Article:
Canadian Manufacturing

Ontario party leaders share plans to address the rising cost of food ahead of the election

The Canadian Press

Exporting & Importing Financing Manufacturing Regulation Risk & Compliance Supply Chain Food & Beverage Infrastructure Public Sector Economy election Government In Focus inflation Manufacturing supply chain

Horwath said the NDP would also create a provincial food strategy that involves working with farmers to improve access to locally-sourced food while also supporting agriculture jobs.

Three of Ontario’s four major political parties are promising to take steps to lower the price of food, but an expert says some of the main factors leading to rising costs are out of the province’s hands.

The issue of affordability has been top of mind for Ontarians throughout the election campaign, especially as more residents feel the pinch when purchasing produce and grocery staples.

Statistics Canada reported earlier this month that overall food costs rose 8.8 per cent compared with a year ago, while Canadians paid 9.7 per cent more for food at stores in April, the largest increase since September 1981.

The NDP, Liberals and Greens are all offering targeted plans for tackling rising food prices, while the Progressive Conservatives say they will keep costs down and help residents save money through different measures like lowering gas taxes.


Liberal Leader Steven Del Duca said he’s seen firsthand how the price of food has “skyrocketed,” which makes it “so much more difficult” for Ontario households to be able to budget and support themselves.

If elected, he said his party would remove the 8 per cent provincial portion of the harmonized sales tax on all prepared food items under $20. The party has said it would fund the measure by introducing a one per cent surtax on companies operating in Ontario whose profits exceed $1 billion a year and increasing taxes on individual incomes over $500,000.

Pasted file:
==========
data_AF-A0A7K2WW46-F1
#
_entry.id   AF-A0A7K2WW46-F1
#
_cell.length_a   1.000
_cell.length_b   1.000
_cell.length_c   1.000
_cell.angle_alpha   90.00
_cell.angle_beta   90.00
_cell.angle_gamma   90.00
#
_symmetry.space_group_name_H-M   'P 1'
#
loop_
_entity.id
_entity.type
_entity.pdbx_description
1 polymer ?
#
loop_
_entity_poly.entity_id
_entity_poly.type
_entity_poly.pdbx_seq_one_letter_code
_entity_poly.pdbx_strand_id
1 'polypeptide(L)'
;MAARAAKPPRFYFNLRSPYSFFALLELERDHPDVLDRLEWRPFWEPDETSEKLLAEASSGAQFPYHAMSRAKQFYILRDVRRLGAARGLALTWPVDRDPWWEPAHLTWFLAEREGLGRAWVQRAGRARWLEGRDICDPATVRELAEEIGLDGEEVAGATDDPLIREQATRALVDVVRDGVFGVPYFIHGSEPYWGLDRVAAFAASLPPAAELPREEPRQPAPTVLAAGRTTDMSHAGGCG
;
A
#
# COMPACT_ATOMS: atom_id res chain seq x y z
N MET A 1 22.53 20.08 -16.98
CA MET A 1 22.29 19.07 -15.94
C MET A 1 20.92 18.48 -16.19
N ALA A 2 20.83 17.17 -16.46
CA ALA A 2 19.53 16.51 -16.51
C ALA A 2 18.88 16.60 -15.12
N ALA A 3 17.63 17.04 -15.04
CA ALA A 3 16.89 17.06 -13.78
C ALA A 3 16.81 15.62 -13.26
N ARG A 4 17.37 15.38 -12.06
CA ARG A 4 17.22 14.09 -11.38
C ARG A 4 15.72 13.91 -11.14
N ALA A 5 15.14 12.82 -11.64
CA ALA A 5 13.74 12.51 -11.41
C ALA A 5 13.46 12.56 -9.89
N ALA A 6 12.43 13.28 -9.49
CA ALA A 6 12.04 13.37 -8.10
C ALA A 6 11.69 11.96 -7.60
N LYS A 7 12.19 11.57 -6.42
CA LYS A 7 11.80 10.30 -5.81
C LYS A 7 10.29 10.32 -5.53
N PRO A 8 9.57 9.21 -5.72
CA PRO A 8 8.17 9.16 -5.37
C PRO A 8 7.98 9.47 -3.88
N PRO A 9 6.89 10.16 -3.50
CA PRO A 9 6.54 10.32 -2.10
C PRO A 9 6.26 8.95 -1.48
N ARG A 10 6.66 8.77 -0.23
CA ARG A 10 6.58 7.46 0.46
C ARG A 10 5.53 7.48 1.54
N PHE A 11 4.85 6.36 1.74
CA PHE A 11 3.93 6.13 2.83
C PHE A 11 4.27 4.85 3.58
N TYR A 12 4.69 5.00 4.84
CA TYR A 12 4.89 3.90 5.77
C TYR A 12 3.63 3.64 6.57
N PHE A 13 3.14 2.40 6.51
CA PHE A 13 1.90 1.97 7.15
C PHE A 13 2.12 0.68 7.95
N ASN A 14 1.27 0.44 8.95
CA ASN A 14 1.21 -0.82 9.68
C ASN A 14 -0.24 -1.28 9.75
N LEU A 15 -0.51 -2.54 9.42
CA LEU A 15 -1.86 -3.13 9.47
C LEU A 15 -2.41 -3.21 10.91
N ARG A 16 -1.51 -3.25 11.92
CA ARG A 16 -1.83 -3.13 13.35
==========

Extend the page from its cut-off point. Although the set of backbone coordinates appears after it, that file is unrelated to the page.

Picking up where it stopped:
But Mike von Massow, an associate professor in the Department of Food, Agricultural and Resource Economics at the University of Guelph, said the plan wouldn’t provide “broad based relief” since only a “small segment” of food products under $20 are currently taxed in the province.

The NDP and Greens have made pledges to back the Grocery Code of Conduct to improve transparency in the industry.

“We need to make sure that when when we have retailers of food, particularly the big chains, that they’re not colluding to keep prices high, because it hurts consumers,” NDP Leader Andrea Horwath said on May 29 during a campaign stop in Essex, Ont.

Von Massow said this could be a “very good thing in terms of controlling the market power of some of these big grocers,” but it wouldn’t necessarily lower grocery prices since a similar code of conduct introduced in Australia did not have that effect.

Horwath said the NDP would also create a provincial food strategy that involves working with farmers to improve access to locally-sourced food while also supporting agriculture jobs.

The Greens, meanwhile, are promising to provide start-up funding and land for community-owned healthy food markets, community gardens and rooftop growing spaces, as well as a nutritious school lunch program for the public school system.

They also say they would invest in research and innovation that improves the sustainability of how the province grows, produces and distributes food.

Cost-saving measures proposed by the Progressive Conservatives, who are seeking re-election, include lowering the gas tax by 5.7 cents per litre, expanding the CARE tax credit for low-income Ontarians and delivering $10 per day child-care by 2025.

Despite the various campaign promises, von Massow said some of the root causes driving up food prices are out of provincial control, citing extreme weather events and the war in Ukraine as examples.

There are also ongoing supply chain disruptions due to the COVID-19 pandemic that have driven food prices up, von Massow noted.


Stories continue below